Sweetie has had a difficult March so far, but is feeling better and looking far better than the ladder which fortunately did all the breaking so Sweetie didn't have to when he fell. The joys of home projects! Since my knee is much better I decided to cheer him up with beef. I'm not sure what it is about beef and guys but some of them just have to have it on a regular basis. Since we're going with meat, we might as well have potatoes, too, so there were mashed potatoes and some peas of green since this was our St. Patrick's Day feast.
The dish is Beef and Guinnesss and Mushroom Pie and it is a winner! It reminded us both of a very similar dish we used to enjoy at an Irish pub which has since closed. There are no potatoes or other vegetables to get in the way of the intense, meaty flavor. The sauce in this dish (which is a pie in a very loose meaning of that word) is especially good.
The original recipe from Gourmet 2004 used tomato paste but I rarely have those little cans in my pantry. Since most recipes call for only a tablespoon or two and the cans have at least 8 tablespoons, they always end up in the back of the fridge growing fuzz since I have trouble just throwing them out once I've used the tablespoon or so, even knowing that I will not end up using the rest. The solution is to use tomato sauce and adjust the water in the recipe to compensate.
What a treat this is if you like beef. Tender cubes of slow cooked beef, a delicious sauce, savory mushrooms (my own addtion because Sweetie really likes mushrooms) and a sprinkle of parsley just because. Topping all that goodness is just enough flaky, buttery golden brown puff pastry. Don't bookmark this for next March 17th...make it soon for someone who loves beef and you will likely make it again and again. They will love you for it.
Beef Guinness and Mushroom Pie
Adapted from a Gourmet 2004 recipe
2 pounds bonless beef chuck, cut into 1-inch pieces
4 tablespoons all-purpose flour
2 teaspoons salt
1/2 teaspoon freshly ground (if possible) black pepper
2 tablespoons vegetable oil (I used sunflower oil)
1 large onion, coarsely chopped
2 garlic cloves, chopped
1/4 cup water
1 small can tomato sauce
1 can beef broth
1 cup Guinness or other Irish stout
1 Tablespoon Worcestershir sauce
1 teaspoon dried thyme
2 tablespoons butter
4 oz. sliced white mushrooms, wiped clean if necessary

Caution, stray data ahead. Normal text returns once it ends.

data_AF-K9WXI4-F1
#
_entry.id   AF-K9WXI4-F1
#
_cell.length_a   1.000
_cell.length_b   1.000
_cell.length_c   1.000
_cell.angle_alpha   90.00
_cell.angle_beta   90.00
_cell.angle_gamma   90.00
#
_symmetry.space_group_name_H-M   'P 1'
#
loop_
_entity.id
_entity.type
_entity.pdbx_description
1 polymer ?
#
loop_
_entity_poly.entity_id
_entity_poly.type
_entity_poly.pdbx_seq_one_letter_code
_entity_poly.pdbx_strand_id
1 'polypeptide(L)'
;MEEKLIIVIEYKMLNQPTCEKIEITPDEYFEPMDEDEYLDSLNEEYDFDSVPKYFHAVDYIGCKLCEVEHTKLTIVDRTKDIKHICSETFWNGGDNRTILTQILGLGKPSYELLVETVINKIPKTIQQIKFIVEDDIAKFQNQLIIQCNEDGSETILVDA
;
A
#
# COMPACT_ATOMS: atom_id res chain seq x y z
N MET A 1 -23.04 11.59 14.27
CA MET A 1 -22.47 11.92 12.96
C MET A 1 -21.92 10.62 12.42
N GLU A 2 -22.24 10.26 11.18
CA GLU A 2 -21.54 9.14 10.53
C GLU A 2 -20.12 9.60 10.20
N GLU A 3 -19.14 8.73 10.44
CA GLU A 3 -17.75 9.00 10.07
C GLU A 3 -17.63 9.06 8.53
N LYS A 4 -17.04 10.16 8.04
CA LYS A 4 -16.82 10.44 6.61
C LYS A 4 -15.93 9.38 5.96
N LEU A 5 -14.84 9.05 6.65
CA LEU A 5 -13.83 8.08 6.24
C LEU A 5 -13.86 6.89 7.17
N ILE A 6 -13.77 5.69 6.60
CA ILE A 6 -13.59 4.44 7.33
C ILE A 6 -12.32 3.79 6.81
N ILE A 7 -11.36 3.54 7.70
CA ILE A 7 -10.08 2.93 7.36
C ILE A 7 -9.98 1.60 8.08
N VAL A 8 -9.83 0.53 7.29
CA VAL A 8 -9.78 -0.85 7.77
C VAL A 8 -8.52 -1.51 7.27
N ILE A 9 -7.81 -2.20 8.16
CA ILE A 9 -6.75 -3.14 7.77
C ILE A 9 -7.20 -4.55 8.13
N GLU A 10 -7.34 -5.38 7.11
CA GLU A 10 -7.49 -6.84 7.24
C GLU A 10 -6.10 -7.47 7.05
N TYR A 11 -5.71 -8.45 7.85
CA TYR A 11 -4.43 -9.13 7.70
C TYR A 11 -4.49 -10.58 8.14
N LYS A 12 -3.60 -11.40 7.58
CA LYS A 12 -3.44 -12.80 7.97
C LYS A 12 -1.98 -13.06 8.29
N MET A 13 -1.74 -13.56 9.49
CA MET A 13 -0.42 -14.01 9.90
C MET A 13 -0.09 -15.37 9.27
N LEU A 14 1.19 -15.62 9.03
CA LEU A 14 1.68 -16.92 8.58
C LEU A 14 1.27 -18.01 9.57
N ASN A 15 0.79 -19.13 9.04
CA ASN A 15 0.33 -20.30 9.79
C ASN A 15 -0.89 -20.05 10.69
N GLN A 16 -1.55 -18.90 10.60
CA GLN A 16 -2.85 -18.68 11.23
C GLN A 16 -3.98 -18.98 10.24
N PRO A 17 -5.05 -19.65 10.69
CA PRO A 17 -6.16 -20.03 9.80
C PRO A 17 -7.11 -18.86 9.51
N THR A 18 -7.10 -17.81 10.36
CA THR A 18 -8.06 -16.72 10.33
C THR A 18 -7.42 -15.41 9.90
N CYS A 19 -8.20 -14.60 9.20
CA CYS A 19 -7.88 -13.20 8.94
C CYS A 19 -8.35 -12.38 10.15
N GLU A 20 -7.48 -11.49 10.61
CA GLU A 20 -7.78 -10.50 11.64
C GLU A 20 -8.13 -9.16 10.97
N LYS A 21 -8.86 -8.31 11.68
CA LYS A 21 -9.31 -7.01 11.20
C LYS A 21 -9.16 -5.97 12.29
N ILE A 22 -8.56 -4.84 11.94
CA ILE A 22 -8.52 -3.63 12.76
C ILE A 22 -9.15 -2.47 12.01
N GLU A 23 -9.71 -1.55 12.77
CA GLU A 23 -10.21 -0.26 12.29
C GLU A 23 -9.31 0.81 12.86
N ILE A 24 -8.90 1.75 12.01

4-5 stems Italian parsley
Ready-made, frozen puff pastry dough, thawed (I used the patty shells)
2 tablespoons milk
Preheat oven to 350 degrees and place race in center or just below center of oven.
Place flour, salt and pepper in a clean paper bag and shake to combine. Pat beef dry and place 3-4 cubes at a time in the bag and shake to coat. Remove from bag, shaking off the excess flour and place on a plae. Heat the oil in a wide 5 -6 quart ovenproof heavy pot over moderate-high heat until oil is very hot. (I used a large soup pot...that way the grease spatter from the browning meat mostly stayed inside the pot. It is ovenproof and has a tight lid, so I baked the dish in it, too, and it worked perfectly.)
Brown the meat in 3-4 batches, turning at least once, about 5 minutes per batch, transferring the browned beef to a bowl as each batch is done.
Once all beef has been removed to the bowl, add the onion, garlic and water to the pot and cook, scraping up any brown bits from bottom of pan and stirring frequently, until onion is softened, about 5 minutes. Add tomato sauce, beef broth, stout, Worcestershire sauce and thyme and bring mixture to a simmer. Stir in beef and any juices from the bowl. Simmer one minute. Cover and transfer pot to the oven. Braise until beef is very tender and sauce is thickened, about 1 1/4 to 1 1/2 hours. If sauce is too thin, thicken with a slurry of 2 tablespoons each flour and water, stirred into the sauce and cooked until sauce thickens.
Let uncovered pot of cooked beef sit and cool completely, about 30 minutes. If stew is too warm while assembling pies, it will melt the uncooked pastry top.
While stew is cooling, melt butter in skillet and sauté' the mushrooms, letting them brown lightly on each side. While they are browning, chop the parsley in a fine mince.
Increase oven temperature to 425 degrees F. Place baking dish or dishes onto a shallow baking pan. Divide cooled stew among the dishes (or put all in one large shallow baking dish). They won't be completely full. Spoon the cooked mushrooms over the stew, dividing evenly among the dishes. Sprinkle minced parsley over each dish.
Roll out pastry dough on a lightly floured surface with a lightly floured rolling pin (if using full sheet of puff pastry dough) into a square about 1/8 inch thick. Trim edges and cut dough into quarters. If using patty shells, place one on top of each dish of stew, scored side down. If using pastry squares, place one on top of each dish of stew. Brush tops of either kind of pastry with the milk.
Bake pies in preheated oven until pastry is puffed and golden brown, about 20 minutes.
Reduce oven temperature to 400 degrees F and bake 5 minutes more to fully cook the dough. Serve right away. Sides that work well include almost anything with potatoes.